September 06, 2023 | 10:36
BoC Policy Announcement: Back to Cool
The Bank of Canada opted to hold its key overnight policy rate steady at 5.0% in today's decision, following back-to-back 25 bps hikes in the prior two meetings. The result was no surprise, as markets and analysts were leaning heavily in the no-move direction. Accordingly, the main focus was on the messaging, and the overall tone was "just the facts", but explicitly leaving the door open for possible further moves. Policymakers clearly do not want a repeat of earlier this year, when a short-lived pause sparked thoughts of eventual rate cuts, in turn firing up housing.
In the Statement, the Bank notes that the global backdrop has softened—especially China—but inflation remains elevated. For the domestic economy, we have "entered a period of weaker growth", and the sag in Q2 GDP "is needed to relieve price pressures." Yet, despite a less-tight labour market, the BoC highlights that wage growth remains "around 4% to 5%".
Underlying inflation remains a clear issue for policymakers and this is where the Statement maintains a hawkish bias. While inflation has come down, the Bank looks for a near-term back-up due to energy prices (in line with our view). Core CPI and inflation expectations are the big concern, as core shows "little recent downward momentum in underlying inflation", and "the longer high inflation persists, the greater the risk that elevated inflation becomes entrenched, making it more difficult to restore price stability." These are the main two hawkish talking points. And, along with the probability that headline inflation is going to step up close to 4% again with oil prices rolling higher, these core concerns will keep the rhetoric hawkish for some time yet.
Inflation worries were reiterated in the final paragraph of the Statement, with a warning that the Bank is "prepared to increase the policy interest rate further if needed"—no 'pause' reference here. The final three sentences of the Statement, where the Bank discusses what will drive coming decisions, were the same as in July.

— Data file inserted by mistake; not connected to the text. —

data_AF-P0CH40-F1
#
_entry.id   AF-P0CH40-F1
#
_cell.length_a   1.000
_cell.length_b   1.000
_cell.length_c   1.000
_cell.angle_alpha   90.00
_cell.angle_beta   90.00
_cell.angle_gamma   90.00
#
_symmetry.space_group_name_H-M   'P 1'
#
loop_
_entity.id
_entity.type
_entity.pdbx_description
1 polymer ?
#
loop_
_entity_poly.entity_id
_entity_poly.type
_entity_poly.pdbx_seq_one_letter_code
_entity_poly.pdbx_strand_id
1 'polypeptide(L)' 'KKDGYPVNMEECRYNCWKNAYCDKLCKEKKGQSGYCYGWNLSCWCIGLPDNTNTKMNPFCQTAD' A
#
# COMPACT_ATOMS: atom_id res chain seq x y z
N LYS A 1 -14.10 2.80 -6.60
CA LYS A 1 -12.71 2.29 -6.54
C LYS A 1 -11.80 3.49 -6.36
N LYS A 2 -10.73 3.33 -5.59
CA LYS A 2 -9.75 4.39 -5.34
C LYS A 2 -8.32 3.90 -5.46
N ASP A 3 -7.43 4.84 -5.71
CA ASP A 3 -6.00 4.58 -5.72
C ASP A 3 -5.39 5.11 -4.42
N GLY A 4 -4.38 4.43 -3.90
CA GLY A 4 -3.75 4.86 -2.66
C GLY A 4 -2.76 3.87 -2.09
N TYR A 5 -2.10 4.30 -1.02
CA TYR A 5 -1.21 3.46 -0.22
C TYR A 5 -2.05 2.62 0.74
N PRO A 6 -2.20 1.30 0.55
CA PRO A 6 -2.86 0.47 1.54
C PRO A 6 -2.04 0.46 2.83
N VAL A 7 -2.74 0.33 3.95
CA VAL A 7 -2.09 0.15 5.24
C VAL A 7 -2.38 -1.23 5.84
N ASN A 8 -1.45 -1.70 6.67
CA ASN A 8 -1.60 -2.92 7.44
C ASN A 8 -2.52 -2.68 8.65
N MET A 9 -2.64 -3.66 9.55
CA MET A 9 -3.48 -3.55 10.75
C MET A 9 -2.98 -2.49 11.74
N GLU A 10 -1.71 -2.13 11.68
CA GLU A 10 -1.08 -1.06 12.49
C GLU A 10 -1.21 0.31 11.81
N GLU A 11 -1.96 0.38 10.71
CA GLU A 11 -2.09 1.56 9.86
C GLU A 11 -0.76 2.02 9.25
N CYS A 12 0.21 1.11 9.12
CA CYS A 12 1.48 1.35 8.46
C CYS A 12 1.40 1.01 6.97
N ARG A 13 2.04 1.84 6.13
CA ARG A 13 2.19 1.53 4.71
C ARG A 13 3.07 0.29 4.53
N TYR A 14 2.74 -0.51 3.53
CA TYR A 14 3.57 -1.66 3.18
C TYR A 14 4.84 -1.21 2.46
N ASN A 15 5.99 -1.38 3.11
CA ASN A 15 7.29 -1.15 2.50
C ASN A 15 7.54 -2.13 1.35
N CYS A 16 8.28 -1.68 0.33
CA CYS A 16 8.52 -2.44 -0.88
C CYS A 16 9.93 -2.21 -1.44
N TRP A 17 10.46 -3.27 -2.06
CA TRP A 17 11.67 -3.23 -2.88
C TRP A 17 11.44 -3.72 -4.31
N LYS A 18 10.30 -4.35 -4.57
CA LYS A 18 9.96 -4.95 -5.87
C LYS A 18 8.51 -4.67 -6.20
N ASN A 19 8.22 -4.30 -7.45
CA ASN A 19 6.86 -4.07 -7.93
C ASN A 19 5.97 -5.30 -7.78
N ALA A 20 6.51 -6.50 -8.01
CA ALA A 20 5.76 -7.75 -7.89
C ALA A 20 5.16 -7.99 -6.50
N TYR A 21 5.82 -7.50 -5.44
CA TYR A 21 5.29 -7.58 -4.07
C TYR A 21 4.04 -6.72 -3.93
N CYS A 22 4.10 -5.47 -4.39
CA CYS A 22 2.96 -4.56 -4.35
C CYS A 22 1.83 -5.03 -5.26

Bottom Line: The Bank has certainly left the door ajar to the possibility of more hikes, but unless growth rebounds in Q3—which we doubt—the BoC is likely done with rate hikes. The softer growth backdrop will bring inflation back to 2% over time in our view and in the BoC's models, even if the short-term CPI outlook is much more problematic. Holding rates steady at the next meeting will require some nerve as the next two CPI reports could see headline inflation approach 4% (the next one is due Sep/19), and will likely require still-chilly growth and some calming in core inflation.
Whither housing now? A fair question to pose now that the Bank has held steady is will the return to pause cause the housing sector to reignite, as it so vividly did this past spring? Robert Kavcic offered this answer today: "Probably a lot less so for at least three reasons: First, we're getting more new listings compared to the spring, when everyone seemed to be holding back (active listings are up 16% y/y, and not being absorbed nearly as fast). Second, there was meaningful mortgage rate relief in the spring [in part, due to the U.S. banking turmoil], especially in the shorter-term fixed space, which we're not seeing today given where yields are right now. Third, there has been some softening in the economy and job market conditions compared to early in the year. A BoC pause will surely help market psychology, but the headwinds looks stiffer."